This is actually an old story. The New York City Public schools have been fighting with parents over banning the ‘desperately needed’ devices for a few years. However, recently the Board of Education has suggested a compromise. . .allowing the students to store their phones in a locker outside of the school. The locker would be designed specifically for cell phone storage.
They’re so Convenient
I actually see both sides of this issue pretty clearly. We are contemplating getting our own child some type of cell phone for her birthday. We would likely go with something specifically designed for a child to use as she is only going to be eight years old.
Giving kids cell phones helps make getting them to and from school easier. Remember, that in this city, there is no parking. You can’t just go to school and park right there and pick junior up. If you’re going to your child’s school, you’d likely have to park several blocks away, pay a meter, and then get your child. With a cell phone, I could call my daughter after school is over and tell her where to walk. Or I would feel more confident in letting her walk home on her own. Generally, the school bus that stops at your door is not an option, and many kids just take public transportation to and from school. I certainly would want my daughter to have a cell phone if she were taking public transportation.
What’s the Issue
The problem with having phones in school is not really that kids might make a phone call in class. Yes, that’s a discipline problem but I am willing to bet that every teacher across America has a drawer full of things that were confiscated during class. The issue is what cell phones can now do and their ties to a post 9/11 world.
One issue is phones that can take pictures. In theory, every child would be watched so carefully such that this couldn’t happen. Despite what is thought though. . .teachers do not have eyes in the back of their heads. (Did you ever pass a note undetected in history class?) And yes, some teachers aren’t that diligent anyways. Furthermore, I don’t ever remember their being a teacher “watching carefully” while we were changing for gym. In fact, that could open up another whole can of worms could it not? Having a cell phone with a camera in the locker room (which has been done) can be embarrassing, at best.
Another thing to keep in mind while looking at this issue is the use of cell phones in terror plots. I know, I know. . .someone is thinking, “Oh please–my child in a terror plot?” However, the fear is real even if a little far fetched. Cell phones have been banned (and unbanned) in numerous places in New York City since 9/11 and from the city’s view–it simply makes sense to be vigilant and take extra precautions given everywhere else phones are frowned upon now.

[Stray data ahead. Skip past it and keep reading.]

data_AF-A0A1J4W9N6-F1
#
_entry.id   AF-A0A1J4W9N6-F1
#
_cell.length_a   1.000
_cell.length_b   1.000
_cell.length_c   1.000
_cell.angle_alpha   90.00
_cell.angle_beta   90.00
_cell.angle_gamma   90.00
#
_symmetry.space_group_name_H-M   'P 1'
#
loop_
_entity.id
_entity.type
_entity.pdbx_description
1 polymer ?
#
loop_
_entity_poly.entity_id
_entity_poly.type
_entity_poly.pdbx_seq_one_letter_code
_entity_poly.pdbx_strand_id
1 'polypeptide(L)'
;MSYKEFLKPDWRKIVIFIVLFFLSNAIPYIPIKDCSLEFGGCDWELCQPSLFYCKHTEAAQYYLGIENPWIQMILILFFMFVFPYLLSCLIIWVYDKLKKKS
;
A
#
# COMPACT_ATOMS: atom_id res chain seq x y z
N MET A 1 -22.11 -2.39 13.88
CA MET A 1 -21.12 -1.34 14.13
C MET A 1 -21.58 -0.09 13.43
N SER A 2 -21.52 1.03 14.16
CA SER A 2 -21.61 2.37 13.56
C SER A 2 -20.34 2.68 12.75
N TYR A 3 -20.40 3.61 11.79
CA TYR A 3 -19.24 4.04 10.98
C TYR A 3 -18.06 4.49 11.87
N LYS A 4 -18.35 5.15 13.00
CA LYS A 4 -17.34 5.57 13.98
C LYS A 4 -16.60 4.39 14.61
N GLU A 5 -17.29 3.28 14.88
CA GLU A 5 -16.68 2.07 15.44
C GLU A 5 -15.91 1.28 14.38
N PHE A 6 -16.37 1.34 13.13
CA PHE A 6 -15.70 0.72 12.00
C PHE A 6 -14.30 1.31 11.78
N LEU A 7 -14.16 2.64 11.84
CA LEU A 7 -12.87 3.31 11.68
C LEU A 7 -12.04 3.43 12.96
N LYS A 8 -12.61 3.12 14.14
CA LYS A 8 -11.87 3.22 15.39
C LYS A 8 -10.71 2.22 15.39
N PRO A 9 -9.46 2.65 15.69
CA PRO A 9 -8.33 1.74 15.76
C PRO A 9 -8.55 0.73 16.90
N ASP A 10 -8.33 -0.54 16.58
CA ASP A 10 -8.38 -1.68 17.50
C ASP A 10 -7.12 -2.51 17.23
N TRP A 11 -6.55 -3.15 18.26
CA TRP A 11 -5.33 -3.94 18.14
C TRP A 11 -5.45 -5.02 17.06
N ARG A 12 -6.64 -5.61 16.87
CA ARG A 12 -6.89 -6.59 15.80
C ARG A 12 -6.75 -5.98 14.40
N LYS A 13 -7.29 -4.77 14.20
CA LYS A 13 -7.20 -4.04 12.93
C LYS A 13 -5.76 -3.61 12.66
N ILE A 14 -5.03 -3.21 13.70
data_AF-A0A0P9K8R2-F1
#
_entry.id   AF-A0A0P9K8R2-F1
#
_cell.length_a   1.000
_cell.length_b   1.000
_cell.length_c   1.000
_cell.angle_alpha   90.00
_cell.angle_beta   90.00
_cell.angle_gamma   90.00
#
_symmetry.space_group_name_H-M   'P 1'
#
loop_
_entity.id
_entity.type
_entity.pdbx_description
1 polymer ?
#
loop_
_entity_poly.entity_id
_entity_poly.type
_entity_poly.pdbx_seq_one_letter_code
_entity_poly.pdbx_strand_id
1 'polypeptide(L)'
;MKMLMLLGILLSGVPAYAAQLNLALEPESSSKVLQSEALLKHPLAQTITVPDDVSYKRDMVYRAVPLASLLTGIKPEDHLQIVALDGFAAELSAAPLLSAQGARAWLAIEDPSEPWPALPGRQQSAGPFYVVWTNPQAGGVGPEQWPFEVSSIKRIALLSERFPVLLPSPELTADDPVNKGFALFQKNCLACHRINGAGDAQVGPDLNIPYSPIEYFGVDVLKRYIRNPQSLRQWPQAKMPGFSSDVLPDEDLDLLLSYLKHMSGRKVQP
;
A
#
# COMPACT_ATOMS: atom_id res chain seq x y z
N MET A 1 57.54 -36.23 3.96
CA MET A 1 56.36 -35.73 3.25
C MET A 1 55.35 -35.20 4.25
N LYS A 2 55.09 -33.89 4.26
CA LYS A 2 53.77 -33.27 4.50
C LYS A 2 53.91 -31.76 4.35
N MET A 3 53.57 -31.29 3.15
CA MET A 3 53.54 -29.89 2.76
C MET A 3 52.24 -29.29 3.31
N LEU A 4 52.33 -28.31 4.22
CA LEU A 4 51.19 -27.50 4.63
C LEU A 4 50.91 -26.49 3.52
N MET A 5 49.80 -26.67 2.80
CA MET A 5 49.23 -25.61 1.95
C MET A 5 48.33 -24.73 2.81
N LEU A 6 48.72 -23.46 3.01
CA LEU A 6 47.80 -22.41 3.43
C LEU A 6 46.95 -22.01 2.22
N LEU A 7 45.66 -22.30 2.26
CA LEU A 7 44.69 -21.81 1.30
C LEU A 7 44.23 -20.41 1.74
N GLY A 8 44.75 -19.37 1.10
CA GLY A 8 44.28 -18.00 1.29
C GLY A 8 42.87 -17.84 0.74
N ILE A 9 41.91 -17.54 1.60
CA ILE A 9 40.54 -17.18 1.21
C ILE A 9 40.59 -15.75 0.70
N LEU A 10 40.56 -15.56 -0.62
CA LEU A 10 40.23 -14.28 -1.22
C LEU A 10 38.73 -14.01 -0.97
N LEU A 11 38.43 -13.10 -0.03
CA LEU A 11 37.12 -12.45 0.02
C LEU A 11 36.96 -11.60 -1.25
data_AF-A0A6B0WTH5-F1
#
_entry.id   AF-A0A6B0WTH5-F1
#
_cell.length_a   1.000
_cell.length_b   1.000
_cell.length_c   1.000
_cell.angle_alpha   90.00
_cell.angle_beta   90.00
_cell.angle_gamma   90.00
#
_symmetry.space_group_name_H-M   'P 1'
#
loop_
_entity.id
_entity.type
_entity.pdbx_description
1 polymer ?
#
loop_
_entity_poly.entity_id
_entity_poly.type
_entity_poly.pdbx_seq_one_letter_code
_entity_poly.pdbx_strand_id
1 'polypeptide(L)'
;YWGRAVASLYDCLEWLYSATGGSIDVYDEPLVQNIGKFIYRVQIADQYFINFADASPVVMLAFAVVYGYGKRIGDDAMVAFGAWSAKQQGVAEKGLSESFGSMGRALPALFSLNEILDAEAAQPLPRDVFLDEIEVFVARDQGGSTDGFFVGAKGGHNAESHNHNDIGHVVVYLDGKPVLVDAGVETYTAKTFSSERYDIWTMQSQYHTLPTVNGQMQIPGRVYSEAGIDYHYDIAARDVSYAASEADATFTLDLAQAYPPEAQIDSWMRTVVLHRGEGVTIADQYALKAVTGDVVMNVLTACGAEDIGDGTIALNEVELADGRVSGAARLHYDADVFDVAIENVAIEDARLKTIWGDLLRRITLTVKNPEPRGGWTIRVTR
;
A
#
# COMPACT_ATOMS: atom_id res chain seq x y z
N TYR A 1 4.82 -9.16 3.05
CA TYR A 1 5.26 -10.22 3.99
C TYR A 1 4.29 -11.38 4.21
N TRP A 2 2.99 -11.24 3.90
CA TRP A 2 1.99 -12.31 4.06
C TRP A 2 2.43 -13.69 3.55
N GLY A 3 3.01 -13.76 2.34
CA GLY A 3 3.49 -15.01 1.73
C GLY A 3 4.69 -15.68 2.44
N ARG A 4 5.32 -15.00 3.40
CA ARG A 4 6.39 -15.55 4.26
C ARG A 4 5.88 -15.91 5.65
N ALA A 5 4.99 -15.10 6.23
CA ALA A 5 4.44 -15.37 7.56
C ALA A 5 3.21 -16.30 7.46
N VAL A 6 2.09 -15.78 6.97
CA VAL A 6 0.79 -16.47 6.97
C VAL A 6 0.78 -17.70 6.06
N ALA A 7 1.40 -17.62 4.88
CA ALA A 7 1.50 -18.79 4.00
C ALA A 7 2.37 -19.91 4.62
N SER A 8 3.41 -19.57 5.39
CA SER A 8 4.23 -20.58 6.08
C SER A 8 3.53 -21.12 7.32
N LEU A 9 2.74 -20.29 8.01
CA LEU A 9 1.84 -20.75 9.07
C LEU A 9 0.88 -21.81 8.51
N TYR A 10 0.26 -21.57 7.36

A No Tolerance Policy
I think using my taxes to build lockers for kids’ cell phones is a little ridiculous, to be honest. It is entirely possible that things would be stolen–thus making the school liable. From a teacher’s point of view I see it as a logistical nightmare.
I think the Board of Education can ban cell phones at the elementary level except for phones like Firefly or Disney Mobile. They cannot take pictures and their phone numbers are programmable. Disney Mobile even has tracking so you can watch your little darling from your computer at work or at home.
In middle school and high school, it is reasonable to ban camera phones. Eliminating cell phones that can take pictures or short videos eliminates part of the problem with having them on campus. Other cell phones could be kept in lockers. If the phone is not kept in the locker, is used improperly or frankly breaches any other rule the school sets up in advance. . .it can be confiscated and/or the student can be suspended. There will be parents who will complain about this as well. However, a guideline that deals with those who break the rules is much better, in my opinion, than one that punishes everybody for the potential breaking of a rule.
A Parting Thought
One final thought on cell phones: I know that we live in different times, which is scary because I’m not that old. However, I made it to and from school without a cell phone for thirteen years. I even made it through college without a cell phone–all four years–several thousand miles away from home. I had a job, did extra curricular activities and everything. . .all without a cell phone. I even was married for about 5 years. . .without a cell phone. . .and experienced no breakdown of communication as a result.
If the Board of Education should decide that there is a city wide ban on cell phones in schools, even if I disagree with the rule, I would follow it and I hope other parents would as well. The reality is, that while cell phones are convenient, useful, etc.–we would all survive without them! However, I do hope the city adopts a more productive and balanced approach to cell phone use for students.